All the others were held in bonds varying from $500 to $5,000 on charges of rioting. The cases of twenty-one of the accused will come up for a hearing next Monday and the others on succeeding days.

The $5,000 bond was demanded for William Sidis, a son of Dr. Boris Sidis, a psycho-pathologist and well known on account of having been the youngest student to receive a degree at Harvard University. Patrolmen testified that Sidis carried a red flag in the demonstration.

Among those held in $1,000 bail were Martha Foley, who has been connected with woman suffrage activities, and Julia Rashman.

Three patrolmen and a bystander, injured during the rioting, were improving to-day. None was seriously hurt.

Captain Hugh J. Lee of the Dudley Street police station, in whose district serious rioting occurred yesterday, was found dead in bed at his home to-day. Death was said to be due to natural causes, although fellow officers were inclined to believe that the strain under which he worked during the disturbances was in a measure responsible.

The mention of Martha Foley is interesting because gossip has it that Martha Foley was allegedly the only girl that William Sidis was ever interested in. There appears to be a contradiction there: a woman who supported women's suffrage (right to vote) marching in a pro-socialist (pro-communist) riot. Is that not similar to the March For Science people who deny their own science, and the Global Warming protesters who live in big houses and use cell phones?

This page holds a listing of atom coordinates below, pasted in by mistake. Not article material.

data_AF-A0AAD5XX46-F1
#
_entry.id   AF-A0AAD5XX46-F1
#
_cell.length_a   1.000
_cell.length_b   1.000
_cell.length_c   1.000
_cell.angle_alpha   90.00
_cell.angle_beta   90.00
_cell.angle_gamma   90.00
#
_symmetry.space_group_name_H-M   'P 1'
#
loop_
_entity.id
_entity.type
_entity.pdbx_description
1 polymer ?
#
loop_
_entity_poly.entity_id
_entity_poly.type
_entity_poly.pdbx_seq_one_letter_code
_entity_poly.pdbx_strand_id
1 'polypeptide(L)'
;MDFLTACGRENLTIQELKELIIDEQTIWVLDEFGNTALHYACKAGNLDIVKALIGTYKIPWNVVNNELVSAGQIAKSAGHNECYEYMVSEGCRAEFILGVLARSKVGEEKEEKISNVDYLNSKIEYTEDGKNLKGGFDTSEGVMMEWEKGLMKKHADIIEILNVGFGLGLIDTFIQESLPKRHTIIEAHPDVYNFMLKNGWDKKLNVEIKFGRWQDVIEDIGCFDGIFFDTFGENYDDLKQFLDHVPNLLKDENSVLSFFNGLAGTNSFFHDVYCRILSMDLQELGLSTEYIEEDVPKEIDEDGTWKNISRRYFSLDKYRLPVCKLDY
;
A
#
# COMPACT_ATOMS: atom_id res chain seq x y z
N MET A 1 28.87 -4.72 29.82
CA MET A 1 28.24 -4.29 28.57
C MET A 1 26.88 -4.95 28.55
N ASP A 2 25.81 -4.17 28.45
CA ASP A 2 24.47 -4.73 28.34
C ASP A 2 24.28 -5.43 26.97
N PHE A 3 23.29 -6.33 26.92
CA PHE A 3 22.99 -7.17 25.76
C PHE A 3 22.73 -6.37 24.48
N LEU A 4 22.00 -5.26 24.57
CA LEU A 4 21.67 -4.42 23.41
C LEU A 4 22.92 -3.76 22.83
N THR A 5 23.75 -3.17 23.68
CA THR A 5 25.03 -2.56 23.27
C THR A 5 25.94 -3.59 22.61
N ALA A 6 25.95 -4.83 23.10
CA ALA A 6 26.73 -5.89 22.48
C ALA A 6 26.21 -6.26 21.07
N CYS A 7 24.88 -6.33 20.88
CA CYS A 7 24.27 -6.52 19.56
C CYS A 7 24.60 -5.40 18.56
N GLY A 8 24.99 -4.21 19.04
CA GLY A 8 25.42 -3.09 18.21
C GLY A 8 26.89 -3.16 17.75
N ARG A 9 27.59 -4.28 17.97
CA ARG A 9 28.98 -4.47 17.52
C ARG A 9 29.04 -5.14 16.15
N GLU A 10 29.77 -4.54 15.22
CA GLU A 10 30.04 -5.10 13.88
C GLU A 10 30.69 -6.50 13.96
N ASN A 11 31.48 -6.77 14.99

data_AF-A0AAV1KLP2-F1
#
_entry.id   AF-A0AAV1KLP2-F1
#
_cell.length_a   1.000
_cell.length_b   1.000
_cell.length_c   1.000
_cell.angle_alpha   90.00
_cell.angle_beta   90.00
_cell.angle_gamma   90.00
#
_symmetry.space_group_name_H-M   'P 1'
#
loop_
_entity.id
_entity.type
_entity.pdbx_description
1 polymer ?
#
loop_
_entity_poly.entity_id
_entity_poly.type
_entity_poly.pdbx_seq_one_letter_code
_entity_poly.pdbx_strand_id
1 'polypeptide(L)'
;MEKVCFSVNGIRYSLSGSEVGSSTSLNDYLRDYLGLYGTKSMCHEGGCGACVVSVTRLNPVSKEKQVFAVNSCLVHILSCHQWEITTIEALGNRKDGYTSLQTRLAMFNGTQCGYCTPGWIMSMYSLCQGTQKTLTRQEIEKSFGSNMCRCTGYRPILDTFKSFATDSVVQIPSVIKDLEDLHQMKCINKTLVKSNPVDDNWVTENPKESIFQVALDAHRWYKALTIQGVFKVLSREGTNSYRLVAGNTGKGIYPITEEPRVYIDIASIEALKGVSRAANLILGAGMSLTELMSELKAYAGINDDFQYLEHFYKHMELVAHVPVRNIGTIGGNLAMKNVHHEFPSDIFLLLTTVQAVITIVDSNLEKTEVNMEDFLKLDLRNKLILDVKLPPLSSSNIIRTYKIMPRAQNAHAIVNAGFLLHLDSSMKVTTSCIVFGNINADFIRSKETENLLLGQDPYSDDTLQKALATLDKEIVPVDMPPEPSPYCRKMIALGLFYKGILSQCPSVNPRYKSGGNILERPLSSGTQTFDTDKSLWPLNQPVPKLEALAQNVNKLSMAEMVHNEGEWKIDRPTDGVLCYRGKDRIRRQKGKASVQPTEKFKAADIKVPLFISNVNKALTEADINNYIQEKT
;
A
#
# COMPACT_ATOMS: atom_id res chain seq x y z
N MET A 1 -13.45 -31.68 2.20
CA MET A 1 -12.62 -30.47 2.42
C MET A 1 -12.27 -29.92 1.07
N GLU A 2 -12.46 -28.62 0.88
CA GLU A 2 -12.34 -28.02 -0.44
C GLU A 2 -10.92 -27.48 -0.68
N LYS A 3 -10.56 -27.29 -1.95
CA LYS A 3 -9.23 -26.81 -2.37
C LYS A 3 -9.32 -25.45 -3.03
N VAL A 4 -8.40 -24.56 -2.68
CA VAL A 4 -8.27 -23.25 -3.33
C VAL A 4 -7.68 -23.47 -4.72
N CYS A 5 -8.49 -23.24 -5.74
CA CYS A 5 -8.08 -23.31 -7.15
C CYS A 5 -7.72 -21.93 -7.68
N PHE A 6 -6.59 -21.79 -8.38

I have not yet found a definitive record of why William Sidis' bail was so high, but, apparently, the judge and others of the court viewed William Sidis as being a serious threat to society. At least through the 1960s — and even visible on television shows like Mama — the general public often interpreted Harvard University as being anti-American, anti-family, and just generally anti-everything decent. Similar to Thomas Edison's evaluations of individuals with college degrees, Harvard graduates were interpreted to be stupid, of no commonsense, and of no quality traits. At least one Harvard graduate, having recognized the effect of having attended Harvard, had made comments that their education had harmed their mind worse than "bad whiskey".

Regardless of the reasons of why William Sidis' bail was so high, it will forever remain obvious that Harvard, William James, and Boris Sidis all failed to teach William Sidis human values and rational thinking. The consequences are still negatively affecting people today.